“Since the middle school debacle happened,” he said, “the whole set up of ... a project like this has changed. That situation really couldn’t happen again.”

The phrase “on time and on budget” has been the popular catchphrase of late at Greenfield High School Building Committee meetings. Dome said he has really found that to be true.

In Shawmut Design and Construction, the company hired to manage all construction operations, he’s observed a company that addresses any issues immediately and keeps Dome in the loop.

“They’re managing the schedule well, they’re managing the (subcontractors) well,” said Dome. “These are all people who care about what they’re doing. They’re going to make sure this turns out well.”

A construction career

Dome, whose family emigrated from the United Kingdom when he was 5, always enjoyed building things — starting with an idea and turning it into reality. But it wasn’t until he took a job as a laborer in Boston one summer about three decades ago that he realized he wanted to pursue a career in construction.

“I watched how a barn in the middle of the city was converted into a living space on Beacon Hill in Boston,” he said. “That was so fascinating to me that I just started learning the trade and then I started moving up from there.”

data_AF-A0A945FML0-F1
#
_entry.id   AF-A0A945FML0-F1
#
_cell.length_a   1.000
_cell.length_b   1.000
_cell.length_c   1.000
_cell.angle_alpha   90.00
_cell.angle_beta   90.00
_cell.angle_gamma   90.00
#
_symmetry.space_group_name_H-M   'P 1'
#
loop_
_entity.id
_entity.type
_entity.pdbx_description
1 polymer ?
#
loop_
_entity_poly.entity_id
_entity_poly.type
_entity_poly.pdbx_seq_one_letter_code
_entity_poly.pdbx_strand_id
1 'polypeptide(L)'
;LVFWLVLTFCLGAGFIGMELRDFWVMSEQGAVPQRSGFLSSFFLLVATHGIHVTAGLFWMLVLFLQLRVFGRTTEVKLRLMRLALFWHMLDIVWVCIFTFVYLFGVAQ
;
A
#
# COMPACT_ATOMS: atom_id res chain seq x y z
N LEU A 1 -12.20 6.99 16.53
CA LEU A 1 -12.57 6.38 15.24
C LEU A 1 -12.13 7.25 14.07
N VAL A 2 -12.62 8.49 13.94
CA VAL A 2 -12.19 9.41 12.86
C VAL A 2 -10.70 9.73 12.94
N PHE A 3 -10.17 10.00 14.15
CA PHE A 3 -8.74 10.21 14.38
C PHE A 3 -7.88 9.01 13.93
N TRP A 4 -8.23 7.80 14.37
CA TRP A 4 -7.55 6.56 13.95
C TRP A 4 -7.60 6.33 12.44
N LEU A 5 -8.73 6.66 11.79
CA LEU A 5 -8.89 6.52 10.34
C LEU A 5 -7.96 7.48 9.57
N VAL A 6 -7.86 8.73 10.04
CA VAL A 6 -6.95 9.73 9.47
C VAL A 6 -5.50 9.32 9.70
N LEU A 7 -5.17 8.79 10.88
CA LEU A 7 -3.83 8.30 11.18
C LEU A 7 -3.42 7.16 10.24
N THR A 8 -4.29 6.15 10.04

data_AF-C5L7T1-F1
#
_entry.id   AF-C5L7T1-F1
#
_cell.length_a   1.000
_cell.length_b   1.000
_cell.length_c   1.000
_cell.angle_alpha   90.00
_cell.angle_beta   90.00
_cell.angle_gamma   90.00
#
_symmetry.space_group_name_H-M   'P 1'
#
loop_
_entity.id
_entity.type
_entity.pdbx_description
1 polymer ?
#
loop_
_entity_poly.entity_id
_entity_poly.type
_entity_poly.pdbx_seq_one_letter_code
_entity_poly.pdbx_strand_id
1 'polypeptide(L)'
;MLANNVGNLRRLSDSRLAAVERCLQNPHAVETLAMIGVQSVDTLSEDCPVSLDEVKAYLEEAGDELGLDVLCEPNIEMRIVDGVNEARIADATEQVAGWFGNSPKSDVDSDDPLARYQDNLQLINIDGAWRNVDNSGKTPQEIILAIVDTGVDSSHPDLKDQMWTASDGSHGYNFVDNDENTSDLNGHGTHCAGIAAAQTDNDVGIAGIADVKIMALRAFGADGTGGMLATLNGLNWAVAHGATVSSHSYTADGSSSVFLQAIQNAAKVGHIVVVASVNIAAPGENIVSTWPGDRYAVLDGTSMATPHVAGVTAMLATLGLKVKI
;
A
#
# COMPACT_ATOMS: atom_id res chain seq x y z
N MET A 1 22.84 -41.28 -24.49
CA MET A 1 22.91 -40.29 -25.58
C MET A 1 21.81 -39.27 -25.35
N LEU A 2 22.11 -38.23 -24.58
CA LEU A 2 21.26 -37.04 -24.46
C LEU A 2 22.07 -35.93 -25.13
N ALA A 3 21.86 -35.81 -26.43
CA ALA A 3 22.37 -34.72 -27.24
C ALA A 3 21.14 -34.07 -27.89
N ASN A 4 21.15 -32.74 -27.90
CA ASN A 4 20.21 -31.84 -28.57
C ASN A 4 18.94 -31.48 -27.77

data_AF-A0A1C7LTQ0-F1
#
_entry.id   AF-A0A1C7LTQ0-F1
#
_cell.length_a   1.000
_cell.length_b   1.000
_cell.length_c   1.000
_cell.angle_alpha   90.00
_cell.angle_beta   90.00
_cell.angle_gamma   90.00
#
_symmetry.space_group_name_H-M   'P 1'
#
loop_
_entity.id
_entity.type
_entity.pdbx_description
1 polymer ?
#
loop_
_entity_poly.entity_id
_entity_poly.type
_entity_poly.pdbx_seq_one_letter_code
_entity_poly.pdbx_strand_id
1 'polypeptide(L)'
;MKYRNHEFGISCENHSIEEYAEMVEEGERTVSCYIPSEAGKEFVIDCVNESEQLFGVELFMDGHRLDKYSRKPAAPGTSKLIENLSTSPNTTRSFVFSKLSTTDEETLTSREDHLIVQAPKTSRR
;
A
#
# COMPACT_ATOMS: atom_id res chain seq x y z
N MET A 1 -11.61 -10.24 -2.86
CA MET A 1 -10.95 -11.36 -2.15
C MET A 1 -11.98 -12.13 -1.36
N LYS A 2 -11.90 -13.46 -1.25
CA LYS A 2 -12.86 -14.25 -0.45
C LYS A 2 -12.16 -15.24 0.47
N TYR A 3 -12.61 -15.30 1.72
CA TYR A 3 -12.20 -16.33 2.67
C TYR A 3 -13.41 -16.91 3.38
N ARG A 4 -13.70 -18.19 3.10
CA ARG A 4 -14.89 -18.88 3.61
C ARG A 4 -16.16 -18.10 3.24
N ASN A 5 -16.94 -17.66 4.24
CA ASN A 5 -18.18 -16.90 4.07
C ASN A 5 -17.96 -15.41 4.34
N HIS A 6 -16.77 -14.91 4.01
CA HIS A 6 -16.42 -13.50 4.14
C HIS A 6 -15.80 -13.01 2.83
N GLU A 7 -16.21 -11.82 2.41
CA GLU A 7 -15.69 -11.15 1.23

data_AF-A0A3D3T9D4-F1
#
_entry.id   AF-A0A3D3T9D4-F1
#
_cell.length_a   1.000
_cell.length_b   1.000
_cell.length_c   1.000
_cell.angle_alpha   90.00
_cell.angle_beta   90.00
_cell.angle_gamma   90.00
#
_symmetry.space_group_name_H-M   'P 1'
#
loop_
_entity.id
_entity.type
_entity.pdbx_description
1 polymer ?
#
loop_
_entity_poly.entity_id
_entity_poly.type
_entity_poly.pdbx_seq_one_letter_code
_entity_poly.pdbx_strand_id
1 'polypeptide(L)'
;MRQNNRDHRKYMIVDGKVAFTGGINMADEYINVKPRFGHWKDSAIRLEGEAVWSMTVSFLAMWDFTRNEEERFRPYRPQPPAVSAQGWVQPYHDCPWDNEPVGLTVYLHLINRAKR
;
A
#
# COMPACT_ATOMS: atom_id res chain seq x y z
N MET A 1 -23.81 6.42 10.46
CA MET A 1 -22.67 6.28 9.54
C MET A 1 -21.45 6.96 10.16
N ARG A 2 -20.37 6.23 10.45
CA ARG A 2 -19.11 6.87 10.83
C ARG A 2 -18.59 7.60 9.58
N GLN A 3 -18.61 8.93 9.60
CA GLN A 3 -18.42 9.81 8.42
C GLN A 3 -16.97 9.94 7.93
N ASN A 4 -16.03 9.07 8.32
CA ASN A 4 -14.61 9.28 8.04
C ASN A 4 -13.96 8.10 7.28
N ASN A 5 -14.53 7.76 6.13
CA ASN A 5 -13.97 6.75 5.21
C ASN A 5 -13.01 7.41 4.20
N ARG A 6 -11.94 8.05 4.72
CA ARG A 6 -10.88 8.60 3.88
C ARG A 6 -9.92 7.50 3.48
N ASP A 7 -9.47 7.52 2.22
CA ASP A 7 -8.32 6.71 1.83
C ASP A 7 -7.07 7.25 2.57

Dome has taken on various roles since, including carpenter, general contractor, construction manager, site superintendent and clerk of the works. In his mid 30s, he enrolled in University of Massachusetts’ “University Without Walls” program to study design.

He’s run his own construction management company, Dome Design/Build, for the past 10 years. The Town of Greenfield hired Dome to manage several small projects, including the re-roofing of the Greenfield Middle School — a direct result of the botched construction project.

All of his experiences, but especially those as a builder, help him now as clerk of the works. He’s the person that has feet in two camps: the actual construction on site and the construction administration that is planning and running the project. He has to be familiar with all the trades, even ones he’s never worked on firsthand.

All the while, Dome is looking around to see if all of the small jobs on this big project are up to quality standard, which also involves coordinating with outside agencies that also monitor the project and test materials. Detailed plans, often on giant sheets of white paper, fill his construction trailer on the Greenfield High School site.

“Every piece of steel out there has been drawn on a separate page and is numbered so that every piece fits together like a jigsaw puzzle when it arrives on site,” said Dome.